This allows planners to develop an accurate project programme. The accumulation of data linked to a visual representation of components makes it easy to understand and query project information, as well as demonstrating to clients how construction will develop over time.
This programme is one way in which work can be managed to ensure it is safe, logical and efficiently sequenced before it begins. Through the virtual representation, planners can assess how assets will come together before the ground is broken, allowing for early-stage feedback and avoiding wasteful and costly on-site changes.
In addition, the visual timeline can be presented to clients, helping to explain plans and ensure expectations are communicated in a clear manner.
5D BIM builds upon the visual time representation. By combining assets and their schedule data with cost-related information, 5D BIM can allow the client to visualise the cost of a project over time and manage the cash flow throughout a project. In addition to not allowing for any unwelcome price changes, 5D BIM can improve and plan overall management and delivery of projects of any size and complexity.
This is particularly important as projects become more complicated, perhaps with additional modules, extensions or additions to the original structure.
“The quality of your cost estimate is directly linked to the quality of the data produced by the rest of the project team,” .
“In the BIM process, cost managers are engaged right from the outset and are an equal player in the project team,” Fred Mills, co-founder of The BIM.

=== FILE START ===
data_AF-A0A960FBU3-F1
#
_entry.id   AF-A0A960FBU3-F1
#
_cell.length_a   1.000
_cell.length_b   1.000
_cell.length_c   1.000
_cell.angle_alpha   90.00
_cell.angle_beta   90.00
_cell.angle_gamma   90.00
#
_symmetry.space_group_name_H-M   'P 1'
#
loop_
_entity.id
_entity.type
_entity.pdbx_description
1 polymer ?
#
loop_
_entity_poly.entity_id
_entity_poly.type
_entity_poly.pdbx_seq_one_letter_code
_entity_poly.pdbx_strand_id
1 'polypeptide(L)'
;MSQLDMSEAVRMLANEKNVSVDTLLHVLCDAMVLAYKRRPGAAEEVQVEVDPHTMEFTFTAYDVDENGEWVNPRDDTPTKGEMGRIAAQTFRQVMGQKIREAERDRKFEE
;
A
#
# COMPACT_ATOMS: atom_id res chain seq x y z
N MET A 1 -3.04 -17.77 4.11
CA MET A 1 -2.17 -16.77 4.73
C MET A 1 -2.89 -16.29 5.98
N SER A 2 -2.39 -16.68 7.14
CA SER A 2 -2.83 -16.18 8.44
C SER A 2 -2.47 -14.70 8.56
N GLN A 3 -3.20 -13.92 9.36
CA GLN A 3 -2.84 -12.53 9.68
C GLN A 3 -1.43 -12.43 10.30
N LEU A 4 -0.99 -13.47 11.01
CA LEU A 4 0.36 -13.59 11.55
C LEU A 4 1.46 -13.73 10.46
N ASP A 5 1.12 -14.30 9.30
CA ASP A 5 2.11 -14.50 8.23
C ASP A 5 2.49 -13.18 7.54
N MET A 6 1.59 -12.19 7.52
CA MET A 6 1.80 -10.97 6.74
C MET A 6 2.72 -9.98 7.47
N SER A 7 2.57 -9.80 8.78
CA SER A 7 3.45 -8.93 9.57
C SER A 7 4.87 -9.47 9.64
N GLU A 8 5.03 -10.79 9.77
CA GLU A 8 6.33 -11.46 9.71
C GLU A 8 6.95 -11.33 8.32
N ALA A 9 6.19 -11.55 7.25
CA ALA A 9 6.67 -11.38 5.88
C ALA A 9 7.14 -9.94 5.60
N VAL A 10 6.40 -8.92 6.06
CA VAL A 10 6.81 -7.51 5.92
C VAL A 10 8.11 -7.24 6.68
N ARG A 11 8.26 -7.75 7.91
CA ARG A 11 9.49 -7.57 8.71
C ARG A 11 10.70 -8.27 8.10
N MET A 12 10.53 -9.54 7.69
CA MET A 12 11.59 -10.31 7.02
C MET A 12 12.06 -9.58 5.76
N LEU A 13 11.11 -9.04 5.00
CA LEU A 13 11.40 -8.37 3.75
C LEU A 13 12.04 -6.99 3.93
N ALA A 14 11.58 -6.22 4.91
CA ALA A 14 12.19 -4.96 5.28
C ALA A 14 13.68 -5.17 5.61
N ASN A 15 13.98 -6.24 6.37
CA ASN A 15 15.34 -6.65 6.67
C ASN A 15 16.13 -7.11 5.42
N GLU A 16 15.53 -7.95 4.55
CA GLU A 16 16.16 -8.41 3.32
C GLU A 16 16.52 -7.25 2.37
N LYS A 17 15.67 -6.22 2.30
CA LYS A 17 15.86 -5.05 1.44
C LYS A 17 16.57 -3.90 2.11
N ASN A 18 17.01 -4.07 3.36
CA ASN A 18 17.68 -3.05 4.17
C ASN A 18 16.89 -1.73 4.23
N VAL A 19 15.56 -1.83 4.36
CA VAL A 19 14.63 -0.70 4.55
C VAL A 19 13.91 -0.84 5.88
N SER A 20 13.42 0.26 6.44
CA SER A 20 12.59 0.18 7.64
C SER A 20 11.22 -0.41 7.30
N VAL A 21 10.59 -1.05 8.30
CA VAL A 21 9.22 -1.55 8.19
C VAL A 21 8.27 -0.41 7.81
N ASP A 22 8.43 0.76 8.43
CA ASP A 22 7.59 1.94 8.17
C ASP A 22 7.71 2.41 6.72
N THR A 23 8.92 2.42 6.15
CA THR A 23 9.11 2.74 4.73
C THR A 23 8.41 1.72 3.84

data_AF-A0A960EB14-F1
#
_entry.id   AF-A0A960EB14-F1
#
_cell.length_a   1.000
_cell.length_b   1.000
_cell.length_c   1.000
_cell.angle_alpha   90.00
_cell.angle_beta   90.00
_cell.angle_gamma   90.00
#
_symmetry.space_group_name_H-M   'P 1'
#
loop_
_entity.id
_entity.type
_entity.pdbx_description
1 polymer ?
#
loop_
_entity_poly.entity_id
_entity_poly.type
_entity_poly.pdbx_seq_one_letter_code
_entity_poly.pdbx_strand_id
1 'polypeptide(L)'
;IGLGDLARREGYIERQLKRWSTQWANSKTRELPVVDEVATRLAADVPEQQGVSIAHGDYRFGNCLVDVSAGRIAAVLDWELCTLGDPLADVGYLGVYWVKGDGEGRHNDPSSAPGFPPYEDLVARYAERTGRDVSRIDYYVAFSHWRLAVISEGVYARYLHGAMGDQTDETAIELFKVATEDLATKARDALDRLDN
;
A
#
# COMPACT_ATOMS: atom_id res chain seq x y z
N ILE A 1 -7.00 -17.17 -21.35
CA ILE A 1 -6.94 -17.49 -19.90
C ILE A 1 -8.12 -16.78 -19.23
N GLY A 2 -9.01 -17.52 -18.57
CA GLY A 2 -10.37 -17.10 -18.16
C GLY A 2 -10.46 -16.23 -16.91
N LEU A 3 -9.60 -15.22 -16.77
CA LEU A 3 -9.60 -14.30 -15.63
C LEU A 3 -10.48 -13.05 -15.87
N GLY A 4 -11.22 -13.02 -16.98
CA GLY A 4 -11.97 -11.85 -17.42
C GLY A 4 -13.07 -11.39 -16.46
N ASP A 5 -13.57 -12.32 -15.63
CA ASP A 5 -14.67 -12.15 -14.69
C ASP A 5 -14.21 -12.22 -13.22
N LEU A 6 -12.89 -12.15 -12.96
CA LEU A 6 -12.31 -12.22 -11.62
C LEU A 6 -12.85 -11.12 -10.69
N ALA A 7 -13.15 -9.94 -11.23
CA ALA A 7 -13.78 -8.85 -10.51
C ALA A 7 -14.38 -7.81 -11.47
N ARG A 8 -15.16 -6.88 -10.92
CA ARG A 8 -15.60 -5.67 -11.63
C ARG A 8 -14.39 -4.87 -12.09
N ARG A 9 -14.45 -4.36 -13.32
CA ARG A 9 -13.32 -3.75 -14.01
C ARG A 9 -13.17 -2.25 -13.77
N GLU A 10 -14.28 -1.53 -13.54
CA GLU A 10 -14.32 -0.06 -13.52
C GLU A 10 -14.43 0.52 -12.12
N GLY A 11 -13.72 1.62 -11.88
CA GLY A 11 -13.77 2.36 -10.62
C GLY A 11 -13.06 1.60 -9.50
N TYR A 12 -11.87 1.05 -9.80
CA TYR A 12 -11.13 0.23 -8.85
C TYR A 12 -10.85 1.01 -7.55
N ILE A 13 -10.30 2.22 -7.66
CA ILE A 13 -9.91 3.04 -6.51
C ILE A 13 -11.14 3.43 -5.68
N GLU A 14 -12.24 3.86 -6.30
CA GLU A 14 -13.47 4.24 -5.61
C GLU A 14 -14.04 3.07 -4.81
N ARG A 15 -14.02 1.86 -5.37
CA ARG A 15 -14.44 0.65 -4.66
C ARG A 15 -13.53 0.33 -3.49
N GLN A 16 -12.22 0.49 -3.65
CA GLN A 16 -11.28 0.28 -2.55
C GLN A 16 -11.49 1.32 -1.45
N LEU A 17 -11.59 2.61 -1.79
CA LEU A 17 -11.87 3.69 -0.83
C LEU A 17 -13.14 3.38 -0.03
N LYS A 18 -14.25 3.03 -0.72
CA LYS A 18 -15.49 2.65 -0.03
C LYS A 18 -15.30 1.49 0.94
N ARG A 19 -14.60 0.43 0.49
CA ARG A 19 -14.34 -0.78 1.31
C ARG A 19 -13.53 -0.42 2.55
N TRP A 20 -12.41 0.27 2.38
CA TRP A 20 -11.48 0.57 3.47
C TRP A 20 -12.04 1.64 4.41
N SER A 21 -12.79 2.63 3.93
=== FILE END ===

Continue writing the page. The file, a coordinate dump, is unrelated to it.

Unlike 4D and 5D BIM, which are possible at any level above Level two, six-dimensional BIM can only be carried out at Level three. This is because six dimensional BIM uses a cloud-based model, allowing it to incorporate facilities and plant management, including component information, such as product data and details. The cloud-based system means contractors working on different aspects of the building can each access the system throughout the facility’s life cycle.
6D BIM functions primarily by linking attribute data together to support facilities management. For example, details about manufacturers, install dates, maintenance schedules and data including operating temperatures and lifespan can all be included.
The use of 6D BIM can aid facilities managers, maintenance engineers and the client when working together to produce an effective maintenance schedule. From a planned predictive maintenance (PPM) schedule of machinery within a facility, to routine maintenance such as light refurbishment and replacement, 6D BIM can consolidate attribute information. Bringing all data into one plan is the best way of producing an efficient and effective maintenance schedule throughout the facilities’ lifecycle.
As BIM becomes more advanced, the value it can add to projects continues to increase. In addition to providing a visual representation of a project, it is becoming an essential collaborative tool, which is invaluable to cost managers, contractors, designers, facilities managers and the client alike.
Although BIM is already adding value to many large-scale engineering projects such as Crossrail, as the technology advances it will become even more valuable and essential. This will mean we see BIM used across more projects, ranging from large-scale public-sector projects where BIM is mandated, to smaller independent builds and refurbishments.